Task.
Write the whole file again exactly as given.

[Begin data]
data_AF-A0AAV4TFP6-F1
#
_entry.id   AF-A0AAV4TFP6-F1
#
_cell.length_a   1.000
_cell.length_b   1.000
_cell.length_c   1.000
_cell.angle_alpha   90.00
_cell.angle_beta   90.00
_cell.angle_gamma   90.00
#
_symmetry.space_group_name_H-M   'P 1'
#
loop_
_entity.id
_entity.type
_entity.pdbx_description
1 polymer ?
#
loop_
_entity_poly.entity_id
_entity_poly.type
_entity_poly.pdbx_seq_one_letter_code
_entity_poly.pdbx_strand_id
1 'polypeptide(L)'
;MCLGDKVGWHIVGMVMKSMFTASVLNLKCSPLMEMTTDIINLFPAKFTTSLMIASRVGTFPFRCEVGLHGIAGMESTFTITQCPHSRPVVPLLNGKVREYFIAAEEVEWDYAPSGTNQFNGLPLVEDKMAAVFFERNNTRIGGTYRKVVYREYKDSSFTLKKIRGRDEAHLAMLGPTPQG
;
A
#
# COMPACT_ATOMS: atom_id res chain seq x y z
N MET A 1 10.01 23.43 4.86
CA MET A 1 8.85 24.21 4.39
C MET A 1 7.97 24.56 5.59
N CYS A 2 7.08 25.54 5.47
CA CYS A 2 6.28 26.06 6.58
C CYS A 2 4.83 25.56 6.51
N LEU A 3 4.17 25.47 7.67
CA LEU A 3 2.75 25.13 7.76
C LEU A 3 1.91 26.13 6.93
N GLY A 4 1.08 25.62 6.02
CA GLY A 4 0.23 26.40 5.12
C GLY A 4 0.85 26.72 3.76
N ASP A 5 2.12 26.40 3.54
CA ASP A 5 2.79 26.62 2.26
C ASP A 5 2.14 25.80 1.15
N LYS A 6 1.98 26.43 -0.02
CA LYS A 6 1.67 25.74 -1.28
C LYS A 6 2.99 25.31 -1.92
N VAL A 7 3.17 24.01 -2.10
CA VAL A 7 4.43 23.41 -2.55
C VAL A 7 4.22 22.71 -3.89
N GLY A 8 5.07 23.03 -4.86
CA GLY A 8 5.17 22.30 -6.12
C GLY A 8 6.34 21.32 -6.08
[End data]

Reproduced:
data_AF-A0AAV4TFP6-F1
#
_entry.id   AF-A0AAV4TFP6-F1
#
_cell.length_a   1.000
_cell.length_b   1.000
_cell.length_c   1.000
_cell.angle_alpha   90.00
_cell.angle_beta   90.00
_cell.angle_gamma   90.00
#
_symmetry.space_group_name_H-M   'P 1'
#
loop_
_entity.id
_entity.type
_entity.pdbx_description
1 polymer ?
#
loop_
_entity_poly.entity_id
_entity_poly.type
_entity_poly.pdbx_seq_one_letter_code
_entity_poly.pdbx_strand_id
1 'polypeptide(L)'
;MCLGDKVGWHIVGMVMKSMFTASVLNLKCSPLMEMTTDIINLFPAKFTTSLMIASRVGTFPFRCEVGLHGIAGMESTFTITQCPHSRPVVPLLNGKVREYFIAAEEVEWDYAPSGTNQFNGLPLVEDKMAAVFFERNNTRIGGTYRKVVYREYKDSSFTLKKIRGRDEAHLAMLGPTPQG
;
A
#
# COMPACT_ATOMS: atom_id res chain seq x y z
N MET A 1 10.01 23.43 4.86
CA MET A 1 8.85 24.21 4.39
C MET A 1 7.97 24.56 5.59
N CYS A 2 7.08 25.54 5.47
CA CYS A 2 6.28 26.06 6.58
C CYS A 2 4.83 25.56 6.51
N LEU A 3 4.17 25.47 7.67
CA LEU A 3 2.75 25.13 7.76
C LEU A 3 1.91 26.13 6.93
N GLY A 4 1.08 25.62 6.02
CA GLY A 4 0.23 26.40 5.12
C GLY A 4 0.85 26.72 3.76
N ASP A 5 2.12 26.40 3.54
CA ASP A 5 2.79 26.62 2.26
C ASP A 5 2.14 25.80 1.15
N LYS A 6 1.98 26.43 -0.02
CA LYS A 6 1.67 25.74 -1.28
C LYS A 6 2.99 25.31 -1.92
N VAL A 7 3.17 24.01 -2.10
CA VAL A 7 4.43 23.41 -2.55
C VAL A 7 4.22 22.71 -3.89
N GLY A 8 5.07 23.03 -4.86
CA GLY A 8 5.17 22.30 -6.12
C GLY A 8 6.34 21.32 -6.08